For general equations of deg $k>4$ one can use,

**Fuchsian functions**
**Theta functions**
**Mellin integrals**

Given positive integers $m,n$ and $m+n=k$, if the general equation of deg $k$ can be solved by a certain method, it goes to follow that the general equations of deg $m,n$ can be as well.

For example, one can multiply the general cubic by an arbitrary quadratic and solve the product as a "quintic", thus expressing the cubic roots (and quadratic ones) in terms of elliptic functions.

However, if that is considered "cheating", then one can *reverse-engineer* the elliptic formula and adapt it for other degrees. For the quintic, you start with a modular equation of deg six,

$$\Omega_5 = u^6 - v^6 + 5u^2v^2(u^2-v^2)+4uv(1-u^4v^4)=0\tag{1}$$

and use this to solve $x^5-x+a=0$. Details are here. If we wish to go higher, there is a modular equation of deg eight,

$$\Omega_7 = (1-u^8)(1-v^8)-(1-uv)^8 = 0\tag{2}$$

Unfortunately, we can't reduce in radicals the general septic to one-parameter form, so the general 7th deg can't be solved by elliptic functions. If we go lower, there is a modular equation of deg four,

$$\Omega_3 =u^4 - v^4 + 2uv(1 - u^2v^2) = 0\tag{3}$$

Now the cubic can be reduced to one-parameter form $x^3-x+a=0$ and one can assume analogous methods can then be applied on (3) to solve it. It seems nobody has worked out the precise details though. (Naturally enough, since solving the cubic using elliptic functions seems to be like nuking a mosquito.)

For the quadratic, it is easier. One can reduce it to the one-parameter form,

$$x^2+2ax+1=0$$

and the **elliptic formula for the general quadratic** is given by,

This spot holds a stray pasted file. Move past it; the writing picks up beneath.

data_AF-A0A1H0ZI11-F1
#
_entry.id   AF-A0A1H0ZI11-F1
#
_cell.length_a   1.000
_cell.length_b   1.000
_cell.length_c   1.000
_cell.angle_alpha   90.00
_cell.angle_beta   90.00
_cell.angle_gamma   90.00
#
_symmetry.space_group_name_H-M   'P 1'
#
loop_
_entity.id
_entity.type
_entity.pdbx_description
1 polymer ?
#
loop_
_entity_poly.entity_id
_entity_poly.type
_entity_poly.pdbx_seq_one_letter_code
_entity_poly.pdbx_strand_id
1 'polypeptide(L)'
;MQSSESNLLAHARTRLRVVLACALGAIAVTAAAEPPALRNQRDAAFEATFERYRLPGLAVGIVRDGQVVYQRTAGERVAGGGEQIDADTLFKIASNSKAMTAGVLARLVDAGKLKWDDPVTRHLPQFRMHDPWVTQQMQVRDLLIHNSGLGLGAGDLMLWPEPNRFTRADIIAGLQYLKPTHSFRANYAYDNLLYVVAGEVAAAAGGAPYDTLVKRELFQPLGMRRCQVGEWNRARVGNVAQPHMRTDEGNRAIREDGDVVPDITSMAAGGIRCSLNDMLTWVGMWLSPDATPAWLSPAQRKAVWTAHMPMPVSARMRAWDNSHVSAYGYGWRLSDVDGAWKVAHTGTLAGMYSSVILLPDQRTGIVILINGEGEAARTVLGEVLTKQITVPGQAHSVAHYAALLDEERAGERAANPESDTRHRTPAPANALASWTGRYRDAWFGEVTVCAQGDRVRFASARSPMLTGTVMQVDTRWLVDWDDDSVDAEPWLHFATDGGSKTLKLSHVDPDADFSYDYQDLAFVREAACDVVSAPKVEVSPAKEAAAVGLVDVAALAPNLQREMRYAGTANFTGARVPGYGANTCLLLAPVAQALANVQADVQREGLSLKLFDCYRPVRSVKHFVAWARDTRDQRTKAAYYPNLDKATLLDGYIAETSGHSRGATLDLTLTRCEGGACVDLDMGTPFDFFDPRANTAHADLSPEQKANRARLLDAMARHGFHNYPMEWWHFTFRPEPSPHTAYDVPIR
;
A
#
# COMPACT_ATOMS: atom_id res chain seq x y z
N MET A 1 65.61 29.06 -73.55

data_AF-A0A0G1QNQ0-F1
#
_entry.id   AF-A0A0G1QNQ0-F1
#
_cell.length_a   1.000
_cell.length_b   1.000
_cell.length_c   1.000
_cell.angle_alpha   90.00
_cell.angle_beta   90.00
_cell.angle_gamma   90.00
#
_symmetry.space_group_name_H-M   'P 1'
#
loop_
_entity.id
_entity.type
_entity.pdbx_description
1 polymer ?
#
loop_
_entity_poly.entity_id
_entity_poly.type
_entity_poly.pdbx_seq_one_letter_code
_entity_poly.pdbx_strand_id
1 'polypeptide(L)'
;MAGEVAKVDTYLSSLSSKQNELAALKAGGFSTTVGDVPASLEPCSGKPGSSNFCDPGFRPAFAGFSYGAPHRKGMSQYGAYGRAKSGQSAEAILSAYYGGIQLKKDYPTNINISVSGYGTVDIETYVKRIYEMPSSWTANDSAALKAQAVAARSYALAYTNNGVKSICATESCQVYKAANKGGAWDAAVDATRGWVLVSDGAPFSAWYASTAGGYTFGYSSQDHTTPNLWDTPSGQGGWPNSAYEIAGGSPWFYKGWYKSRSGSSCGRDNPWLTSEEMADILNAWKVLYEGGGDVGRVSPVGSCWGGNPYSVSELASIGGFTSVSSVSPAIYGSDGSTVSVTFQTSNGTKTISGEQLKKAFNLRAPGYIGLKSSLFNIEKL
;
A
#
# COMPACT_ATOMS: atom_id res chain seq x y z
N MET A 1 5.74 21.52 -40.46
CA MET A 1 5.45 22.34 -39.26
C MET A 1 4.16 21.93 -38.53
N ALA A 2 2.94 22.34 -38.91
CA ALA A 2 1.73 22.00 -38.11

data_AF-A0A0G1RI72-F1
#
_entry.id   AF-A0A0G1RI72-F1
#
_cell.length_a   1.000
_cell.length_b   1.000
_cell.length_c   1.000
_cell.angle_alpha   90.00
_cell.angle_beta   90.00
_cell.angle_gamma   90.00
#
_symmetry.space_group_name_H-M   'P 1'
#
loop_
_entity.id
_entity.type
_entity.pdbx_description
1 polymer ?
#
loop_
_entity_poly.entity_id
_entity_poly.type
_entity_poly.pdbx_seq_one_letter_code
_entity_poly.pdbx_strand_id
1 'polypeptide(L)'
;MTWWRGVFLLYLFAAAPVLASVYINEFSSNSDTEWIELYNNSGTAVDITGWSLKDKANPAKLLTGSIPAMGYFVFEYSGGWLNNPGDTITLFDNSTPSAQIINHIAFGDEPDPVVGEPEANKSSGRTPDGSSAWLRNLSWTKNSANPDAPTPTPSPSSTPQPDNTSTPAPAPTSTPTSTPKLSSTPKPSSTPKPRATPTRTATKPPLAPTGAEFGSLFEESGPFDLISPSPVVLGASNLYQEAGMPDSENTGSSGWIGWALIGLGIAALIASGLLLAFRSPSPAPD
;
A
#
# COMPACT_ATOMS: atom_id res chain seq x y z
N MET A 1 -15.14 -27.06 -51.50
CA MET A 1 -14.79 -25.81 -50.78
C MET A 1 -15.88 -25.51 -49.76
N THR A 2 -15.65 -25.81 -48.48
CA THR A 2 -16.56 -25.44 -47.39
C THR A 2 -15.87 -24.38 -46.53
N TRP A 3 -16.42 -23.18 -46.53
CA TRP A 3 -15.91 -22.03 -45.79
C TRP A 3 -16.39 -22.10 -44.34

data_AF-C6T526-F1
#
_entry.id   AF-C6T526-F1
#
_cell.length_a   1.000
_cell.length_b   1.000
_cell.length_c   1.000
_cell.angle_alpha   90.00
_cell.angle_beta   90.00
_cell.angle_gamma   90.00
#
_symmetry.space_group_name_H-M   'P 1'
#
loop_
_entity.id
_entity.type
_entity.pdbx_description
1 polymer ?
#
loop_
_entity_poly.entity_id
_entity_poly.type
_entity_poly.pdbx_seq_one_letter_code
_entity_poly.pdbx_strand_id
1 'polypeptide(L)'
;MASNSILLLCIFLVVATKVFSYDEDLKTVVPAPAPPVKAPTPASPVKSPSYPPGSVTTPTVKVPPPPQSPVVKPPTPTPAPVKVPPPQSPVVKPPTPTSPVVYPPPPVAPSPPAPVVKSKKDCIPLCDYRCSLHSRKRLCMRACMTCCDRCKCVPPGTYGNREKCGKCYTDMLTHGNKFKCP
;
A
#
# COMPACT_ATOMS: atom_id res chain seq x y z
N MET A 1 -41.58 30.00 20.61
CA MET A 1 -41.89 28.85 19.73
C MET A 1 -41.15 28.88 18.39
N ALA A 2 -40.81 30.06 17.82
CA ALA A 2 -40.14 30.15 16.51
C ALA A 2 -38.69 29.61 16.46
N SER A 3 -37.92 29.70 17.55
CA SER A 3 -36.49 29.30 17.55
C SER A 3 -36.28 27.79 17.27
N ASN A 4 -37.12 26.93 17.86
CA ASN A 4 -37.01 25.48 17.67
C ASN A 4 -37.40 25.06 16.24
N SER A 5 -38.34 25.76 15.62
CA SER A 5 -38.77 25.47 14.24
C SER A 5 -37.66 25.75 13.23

$$x_1^4 =\lambda(2\tau),\;\;\; x_2^4 =\frac{1}{\lambda(2\tau)}=\left(\frac{\eta^3(2\tau)}{\sqrt{2}\,\eta(\tau)\,\eta^2(4\tau)}\right)^8$$

$$\tau = i\,\frac{K(k')}{K(k)} = i\,\frac{\,_2F_1\big(\tfrac{1}{2},\tfrac{1}{2},1,1-\tfrac{1}{a^2}\big)}{\,_2F_1\big(\tfrac{1}{2},\tfrac{1}{2},1,\tfrac{1}{a^2}\big)}\tag{4}$$

where $\lambda(\tau)$ is the *elliptic lambda function*, $\eta(\tau)$ is the *Dedekind eta function*, $K(k)$ is the *complete elliptic integral of the first kind*, and $\,_2F_1$ is the *hypergeometric function*.

(Note: When taking the 4th root of the $x_i$, one should be careful to affix the correct power of the 4th root of unity $\zeta_4 = \exp(2\pi i/4)$, especially when the coefficients of the quadratic are complex.)

$\color{red}{Edit}$: (some time later)

Let us nuke the mosquito. The cubic can be reduced to the form,

$$x^3-x+b=0$$

The **elliptic formula for the general cubic** is, define,

$$w^2-(4-27b^2)w+(4-27b^2) =0$$

$$\tau = \frac{i}{\sqrt{3}}\frac{\,_2F_1\big(\tfrac{1}{3},\tfrac{2}{3},1,1-w\big)}{\,_2F_1\big(\tfrac{1}{3},\tfrac{2}{3},1,w\big)}\tag{5}$$

$$u =\left(\frac{\eta^4(3\tau)}{3\,\eta(\tau)\,\eta^3(9\tau)}\right)^3$$

then,

$$x=\pm\sqrt{\frac{4u-1}{3u-3}}$$

where the appropriate sign of the square root is chosen. (This is a simpler formula than a previous edit.)

Note the difference between (4) and (5) as the latter is *Ramanujan's theory of elliptic functions of signature 3*. This gives one root of the cubic, and some modifications to $\tau$ can probably give the other two roots.